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The 101 Series: Bypass Network TAPs Keepers of the Critical Link

Posted by George Bouchard | 3/28/17 8:00 AM

There are some great network tools on the market that provide protection for your organization's operations on the Internet. The problem with using them is that they can do the unthinkable by introducing a potential “point of failure” when inserted directly into the path of the Critical Link.

The Bypass TAP was developed specifically to resolve the problem of an in band security appliance causing a “point of failure”.

Figure 1: In-line Security Device with Active Network Traffic
Figure 1: In-Line Appliance Inserted in a Critical Link

How to Ensure Network Uptime in the Event of a Failure

In band security appliances, such as: Next Gen Firewalls (NGFW), Intrusion Prevention System (IPS), Data Leakage Prevention (DLP), Web Application Firewalls (WAF), and Denial of Service (DDoS) are designed to protect your organization's network. But in order to do this, these appliances need to be placed into the path of the Critical Link. That way, if any problem occurs to cause the in band security appliance to go off-line, the critical link will stop flowing (see Figure 1 above). This is not a good thing for your Critical Links. Even if the in band security appliance only needs a software or firmware update, you would need to schedule downtime for your link.

TAPTip-Icon2-LR.pngThe bypass TAP was developed specifically to resolve the problem of an in band security appliance introducing a “point of failure”. This TAP will keep the link flowing if the in band security appliance were to go off-line for any reason (Figure 2 below).  It will also keep the link flowing even if the TAP were to lose power. This feature is commonly referred to as the 'failsafe.'
Figure 2: Network TAP providing a Fail Safe Solution to Active, In-line Appliances

Figure 2 (above): Bypass TAP in normal mode. A view of how the traffic flows through the network TAP before it travels through the appliance and back onto your network.  
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If the in band security appliance goes off-line, the TAP will bypass the appliance and automatically keep the link flowing. The bypass TAP does this by sending heartbeat packets to the in band security appliance and as long as the in band security appliance is on-line, the heartbeat packets will be returned to the TAP, and the link traffic will continue to flow through the in band security appliance.  

If the heartbeat packets are not returned to the TAP (indicating that the in band security appliance has gone off-line), the TAP will automatically 'bypass' the in band security appliance and keep the link traffic flowing. The TAP also removes the heartbeat packets before sending the network traffic back onto the critical link.
Figure 3: Bypass TAP in Bypass Mode

 Figure 3: Bypass TAP in Bypass Mode

Figure 3 (above) shows you the network traffic flow when the in band security appliance goes off-line (bypass mode). While the TAP is in bypass mode, it continues to send heartbeat packets out to the in band security appliance so that once the appliance is back on-line, it will begin returning the heartbeat packets back to the TAP indicating that the appliance is ready to go back to work. The TAP will then direct the network traffic back through the in band security appliance along with the heartbeat packets placing the appliance back in band.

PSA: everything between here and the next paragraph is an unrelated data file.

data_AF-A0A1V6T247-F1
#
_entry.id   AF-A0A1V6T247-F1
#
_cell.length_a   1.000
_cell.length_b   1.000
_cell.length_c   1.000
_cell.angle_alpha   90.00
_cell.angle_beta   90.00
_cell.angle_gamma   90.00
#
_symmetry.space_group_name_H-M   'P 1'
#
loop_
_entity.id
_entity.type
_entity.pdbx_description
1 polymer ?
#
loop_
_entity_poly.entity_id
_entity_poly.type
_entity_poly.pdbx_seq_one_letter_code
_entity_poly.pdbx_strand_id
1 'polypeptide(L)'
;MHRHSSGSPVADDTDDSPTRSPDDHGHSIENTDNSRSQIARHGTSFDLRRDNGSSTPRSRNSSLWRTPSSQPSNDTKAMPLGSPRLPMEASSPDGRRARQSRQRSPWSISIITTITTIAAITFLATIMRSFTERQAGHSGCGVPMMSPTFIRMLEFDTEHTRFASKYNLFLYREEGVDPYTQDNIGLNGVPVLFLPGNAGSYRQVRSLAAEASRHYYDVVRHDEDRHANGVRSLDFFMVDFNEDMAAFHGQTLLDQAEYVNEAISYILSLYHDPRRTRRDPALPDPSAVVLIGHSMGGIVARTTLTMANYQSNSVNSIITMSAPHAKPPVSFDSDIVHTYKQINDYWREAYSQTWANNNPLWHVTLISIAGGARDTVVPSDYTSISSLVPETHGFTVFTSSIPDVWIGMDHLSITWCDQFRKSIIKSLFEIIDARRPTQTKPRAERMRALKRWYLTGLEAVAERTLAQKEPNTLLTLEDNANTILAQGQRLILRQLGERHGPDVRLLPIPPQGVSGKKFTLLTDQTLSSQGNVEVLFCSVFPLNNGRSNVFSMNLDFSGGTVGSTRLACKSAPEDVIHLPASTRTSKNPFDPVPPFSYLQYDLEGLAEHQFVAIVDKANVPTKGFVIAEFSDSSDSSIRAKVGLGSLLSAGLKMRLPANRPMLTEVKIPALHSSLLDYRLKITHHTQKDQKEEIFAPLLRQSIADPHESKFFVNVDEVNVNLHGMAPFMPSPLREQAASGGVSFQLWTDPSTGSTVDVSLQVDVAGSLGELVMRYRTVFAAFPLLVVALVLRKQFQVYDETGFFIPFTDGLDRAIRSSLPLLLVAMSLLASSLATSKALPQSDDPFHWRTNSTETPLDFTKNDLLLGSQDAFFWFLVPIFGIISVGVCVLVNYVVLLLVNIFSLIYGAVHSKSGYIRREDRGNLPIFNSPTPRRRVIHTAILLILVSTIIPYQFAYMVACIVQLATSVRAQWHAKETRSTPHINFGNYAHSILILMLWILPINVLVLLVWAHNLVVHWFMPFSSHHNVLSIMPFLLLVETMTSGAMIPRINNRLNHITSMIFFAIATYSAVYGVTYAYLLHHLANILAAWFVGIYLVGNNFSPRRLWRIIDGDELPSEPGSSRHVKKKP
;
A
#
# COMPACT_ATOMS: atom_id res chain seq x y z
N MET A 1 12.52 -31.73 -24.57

Some of you may have noticed a flaw in the logic behind this solution!  You say, “What if the TAP should fail because it is also in-line?  Then the link will also fail!”  

The TAP would now be considered a point of failure. That is a good catch – but in our first blog on Network TAPs; If a TAP were to fail, such as lose power, it must provide FailSafe protection to the link it is attached to. So our network TAP will go into Failsafe mode keeping the link flowing. 

Bypass TAPs in Passive Breakout 'aka Normal TAP' Mode

Another important feature to consider when deploying in band security network tools is, a Garland Technology bypass TAPs can be placed in the breakout, aggregation, or regeneration/SPAN mode. This provides lifelong value for the device, allowing you to repurpose it in your network as your demands change.

An added benefit of being able to set the bypass TAP in the breakout 'normal' mode is when you first deploy your in band security appliance. Breakout mode allows you to set everything - but in a passive mode so that you can sort out the possible false positive threat conditions before you actually place the in band security appliance in-line. Once you have figured that out, you can then set the equipment up for bypass mode for a nice, smooth transition for providing network safety for real threats without burdening the appliance with “false positive” threats. Our partners at Cloud Harmonics wrote a great blog on Best Practices for Deploying NGFW - the theory applies to any active, in band device.

The last feature I’d like to highlight with bypass TAPs is being able to analyze the critical link with other tools such as a WireShark analyzer or a Deep Capture Engine or other passive analysis tools.  Alternatively, you may want to have a back up security appliance to take over should the primary appliance develop a problem or need to be updated.  

Garland Technology's, The 101 Series is an educational series on how network TAPs work and the different functions they provide to the overall network design for access and visibility.

If you want to learn more about security necessities, download our latest white paper, Managing the Edge of the Network.

Topics: Network TAPs, Network Management, The 101 Series

Written by George Bouchard

George has many years of experience working with both hardware and software in the OEM and Commercial marketplace. George’s expertise is in the engineering of Network TAPs.